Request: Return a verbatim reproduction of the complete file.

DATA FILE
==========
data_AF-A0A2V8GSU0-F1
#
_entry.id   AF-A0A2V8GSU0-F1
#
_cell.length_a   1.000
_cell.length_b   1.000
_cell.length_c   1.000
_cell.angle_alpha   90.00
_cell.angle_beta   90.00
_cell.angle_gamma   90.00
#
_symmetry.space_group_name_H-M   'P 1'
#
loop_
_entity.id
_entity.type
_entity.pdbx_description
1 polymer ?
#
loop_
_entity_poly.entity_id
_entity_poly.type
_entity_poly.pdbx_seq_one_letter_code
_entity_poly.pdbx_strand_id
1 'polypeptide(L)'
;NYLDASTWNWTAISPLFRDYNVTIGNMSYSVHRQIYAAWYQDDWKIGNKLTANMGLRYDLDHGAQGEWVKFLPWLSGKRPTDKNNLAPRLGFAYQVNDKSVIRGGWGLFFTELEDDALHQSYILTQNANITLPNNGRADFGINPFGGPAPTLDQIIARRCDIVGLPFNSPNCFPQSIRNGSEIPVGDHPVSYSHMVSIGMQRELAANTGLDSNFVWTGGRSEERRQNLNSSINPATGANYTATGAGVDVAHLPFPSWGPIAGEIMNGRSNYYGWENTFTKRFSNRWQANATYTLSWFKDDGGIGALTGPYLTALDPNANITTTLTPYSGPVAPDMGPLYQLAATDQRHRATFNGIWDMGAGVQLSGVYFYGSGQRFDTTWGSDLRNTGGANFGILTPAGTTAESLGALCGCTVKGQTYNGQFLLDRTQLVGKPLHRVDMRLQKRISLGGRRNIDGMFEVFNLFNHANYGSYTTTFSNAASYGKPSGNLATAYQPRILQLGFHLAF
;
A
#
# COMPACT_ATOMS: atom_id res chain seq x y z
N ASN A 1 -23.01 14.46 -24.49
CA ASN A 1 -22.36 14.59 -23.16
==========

data_AF-A0A2V8GSU0-F1
#
_entry.id   AF-A0A2V8GSU0-F1
#
_cell.length_a   1.000
_cell.length_b   1.000
_cell.length_c   1.000
_cell.angle_alpha   90.00
_cell.angle_beta   90.00
_cell.angle_gamma   90.00
#
_symmetry.space_group_name_H-M   'P 1'
#
loop_
_entity.id
_entity.type
_entity.pdbx_description
1 polymer ?
#
loop_
_entity_poly.entity_id
_entity_poly.type
_entity_poly.pdbx_seq_one_letter_code
_entity_poly.pdbx_strand_id
1 'polypeptide(L)'
;NYLDASTWNWTAISPLFRDYNVTIGNMSYSVHRQIYAAWYQDDWKIGNKLTANMGLRYDLDHGAQGEWVKFLPWLSGKRPTDKNNLAPRLGFAYQVNDKSVIRGGWGLFFTELEDDALHQSYILTQNANITLPNNGRADFGINPFGGPAPTLDQIIARRCDIVGLPFNSPNCFPQSIRNGSEIPVGDHPVSYSHMVSIGMQRELAANTGLDSNFVWTGGRSEERRQNLNSSINPATGANYTATGAGVDVAHLPFPSWGPIAGEIMNGRSNYYGWENTFTKRFSNRWQANATYTLSWFKDDGGIGALTGPYLTALDPNANITTTLTPYSGPVAPDMGPLYQLAATDQRHRATFNGIWDMGAGVQLSGVYFYGSGQRFDTTWGSDLRNTGGANFGILTPAGTTAESLGALCGCTVKGQTYNGQFLLDRTQLVGKPLHRVDMRLQKRISLGGRRNIDGMFEVFNLFNHANYGSYTTTFSNAASYGKPSGNLATAYQPRILQLGFHLAF
;
A
#
# COMPACT_ATOMS: atom_id res chain seq x y z
N ASN A 1 -23.01 14.46 -24.49
CA ASN A 1 -22.36 14.59 -23.16